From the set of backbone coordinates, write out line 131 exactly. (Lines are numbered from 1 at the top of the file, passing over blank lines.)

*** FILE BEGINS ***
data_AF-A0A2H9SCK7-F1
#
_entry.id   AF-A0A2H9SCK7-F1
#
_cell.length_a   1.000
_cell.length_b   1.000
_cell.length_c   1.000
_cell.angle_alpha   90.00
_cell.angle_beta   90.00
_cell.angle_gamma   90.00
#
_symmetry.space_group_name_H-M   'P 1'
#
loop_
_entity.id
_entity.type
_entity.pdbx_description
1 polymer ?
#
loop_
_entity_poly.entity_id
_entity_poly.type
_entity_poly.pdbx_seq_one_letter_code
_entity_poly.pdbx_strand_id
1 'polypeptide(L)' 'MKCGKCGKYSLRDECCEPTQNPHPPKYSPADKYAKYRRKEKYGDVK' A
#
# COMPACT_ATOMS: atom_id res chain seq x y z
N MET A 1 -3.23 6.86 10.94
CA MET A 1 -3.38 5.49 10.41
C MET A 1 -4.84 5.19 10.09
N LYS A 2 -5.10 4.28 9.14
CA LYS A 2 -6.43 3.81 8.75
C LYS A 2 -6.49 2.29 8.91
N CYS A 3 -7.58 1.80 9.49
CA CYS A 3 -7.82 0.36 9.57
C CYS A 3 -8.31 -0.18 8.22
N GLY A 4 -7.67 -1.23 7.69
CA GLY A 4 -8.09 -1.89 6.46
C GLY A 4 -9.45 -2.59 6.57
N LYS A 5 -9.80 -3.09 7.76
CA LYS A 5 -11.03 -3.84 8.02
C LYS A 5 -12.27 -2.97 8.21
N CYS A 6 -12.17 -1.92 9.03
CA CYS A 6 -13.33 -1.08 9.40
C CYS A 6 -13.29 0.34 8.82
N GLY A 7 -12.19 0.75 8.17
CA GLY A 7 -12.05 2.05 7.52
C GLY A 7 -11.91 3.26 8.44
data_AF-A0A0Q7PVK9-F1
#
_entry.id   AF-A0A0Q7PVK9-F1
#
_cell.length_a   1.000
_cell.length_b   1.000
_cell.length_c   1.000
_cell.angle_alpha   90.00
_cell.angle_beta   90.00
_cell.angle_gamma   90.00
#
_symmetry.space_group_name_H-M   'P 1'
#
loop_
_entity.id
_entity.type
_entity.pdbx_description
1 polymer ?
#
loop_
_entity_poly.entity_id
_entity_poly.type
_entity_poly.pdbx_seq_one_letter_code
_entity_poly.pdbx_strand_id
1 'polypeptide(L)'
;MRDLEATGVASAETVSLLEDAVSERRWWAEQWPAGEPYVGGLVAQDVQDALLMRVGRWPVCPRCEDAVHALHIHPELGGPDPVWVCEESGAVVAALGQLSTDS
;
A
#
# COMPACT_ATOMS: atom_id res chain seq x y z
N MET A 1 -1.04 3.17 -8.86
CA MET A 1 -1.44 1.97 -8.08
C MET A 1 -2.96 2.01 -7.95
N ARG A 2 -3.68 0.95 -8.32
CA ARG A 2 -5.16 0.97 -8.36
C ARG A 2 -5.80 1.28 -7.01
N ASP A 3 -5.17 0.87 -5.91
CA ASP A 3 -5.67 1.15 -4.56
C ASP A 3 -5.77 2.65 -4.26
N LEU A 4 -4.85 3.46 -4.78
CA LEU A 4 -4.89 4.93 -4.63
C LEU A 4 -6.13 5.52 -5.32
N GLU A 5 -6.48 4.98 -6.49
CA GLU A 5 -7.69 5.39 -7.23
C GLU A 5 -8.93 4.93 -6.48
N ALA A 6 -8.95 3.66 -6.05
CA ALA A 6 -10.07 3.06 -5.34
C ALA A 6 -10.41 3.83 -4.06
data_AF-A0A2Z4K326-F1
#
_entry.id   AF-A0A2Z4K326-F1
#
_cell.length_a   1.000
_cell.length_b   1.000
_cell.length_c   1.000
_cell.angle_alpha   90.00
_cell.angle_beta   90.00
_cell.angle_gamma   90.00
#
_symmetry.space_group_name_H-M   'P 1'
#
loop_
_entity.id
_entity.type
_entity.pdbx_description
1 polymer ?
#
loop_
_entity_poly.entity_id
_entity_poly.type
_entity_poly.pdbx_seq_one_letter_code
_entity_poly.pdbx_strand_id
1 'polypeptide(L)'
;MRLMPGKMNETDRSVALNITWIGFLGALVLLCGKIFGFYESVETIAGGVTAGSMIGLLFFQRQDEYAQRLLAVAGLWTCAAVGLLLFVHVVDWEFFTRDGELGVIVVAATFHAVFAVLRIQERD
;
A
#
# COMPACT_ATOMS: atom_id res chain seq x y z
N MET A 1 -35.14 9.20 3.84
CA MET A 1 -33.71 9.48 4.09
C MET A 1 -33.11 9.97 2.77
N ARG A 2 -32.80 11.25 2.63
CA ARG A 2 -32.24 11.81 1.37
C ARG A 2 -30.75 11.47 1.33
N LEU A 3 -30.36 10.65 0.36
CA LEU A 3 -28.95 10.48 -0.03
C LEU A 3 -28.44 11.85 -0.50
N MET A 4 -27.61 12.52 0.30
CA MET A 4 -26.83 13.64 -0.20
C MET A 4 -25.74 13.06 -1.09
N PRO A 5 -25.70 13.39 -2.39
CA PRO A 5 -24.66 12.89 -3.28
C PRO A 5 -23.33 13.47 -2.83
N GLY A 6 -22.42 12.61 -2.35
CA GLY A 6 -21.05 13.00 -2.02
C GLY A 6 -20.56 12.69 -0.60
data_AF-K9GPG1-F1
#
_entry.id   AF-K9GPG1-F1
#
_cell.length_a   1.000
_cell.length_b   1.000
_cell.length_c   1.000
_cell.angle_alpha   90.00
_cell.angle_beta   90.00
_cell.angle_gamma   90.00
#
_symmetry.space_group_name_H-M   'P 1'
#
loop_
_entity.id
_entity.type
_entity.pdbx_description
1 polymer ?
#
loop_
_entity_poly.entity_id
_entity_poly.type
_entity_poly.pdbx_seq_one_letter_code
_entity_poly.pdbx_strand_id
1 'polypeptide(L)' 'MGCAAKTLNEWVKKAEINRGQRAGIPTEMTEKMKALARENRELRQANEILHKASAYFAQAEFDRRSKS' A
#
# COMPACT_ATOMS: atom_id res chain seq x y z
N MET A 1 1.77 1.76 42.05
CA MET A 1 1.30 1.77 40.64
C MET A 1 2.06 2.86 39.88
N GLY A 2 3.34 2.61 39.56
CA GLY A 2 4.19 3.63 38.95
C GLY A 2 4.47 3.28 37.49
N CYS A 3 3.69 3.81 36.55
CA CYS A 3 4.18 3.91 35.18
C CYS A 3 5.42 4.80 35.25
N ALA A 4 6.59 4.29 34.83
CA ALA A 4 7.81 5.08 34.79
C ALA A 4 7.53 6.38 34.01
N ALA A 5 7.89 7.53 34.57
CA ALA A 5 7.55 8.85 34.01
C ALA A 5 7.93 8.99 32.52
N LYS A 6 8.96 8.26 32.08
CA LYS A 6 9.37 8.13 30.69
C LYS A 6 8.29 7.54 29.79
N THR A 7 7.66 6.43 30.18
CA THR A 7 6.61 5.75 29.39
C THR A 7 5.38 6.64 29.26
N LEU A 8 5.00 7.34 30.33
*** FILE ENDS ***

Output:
CA ARG A 2 -32.24 11.81 1.37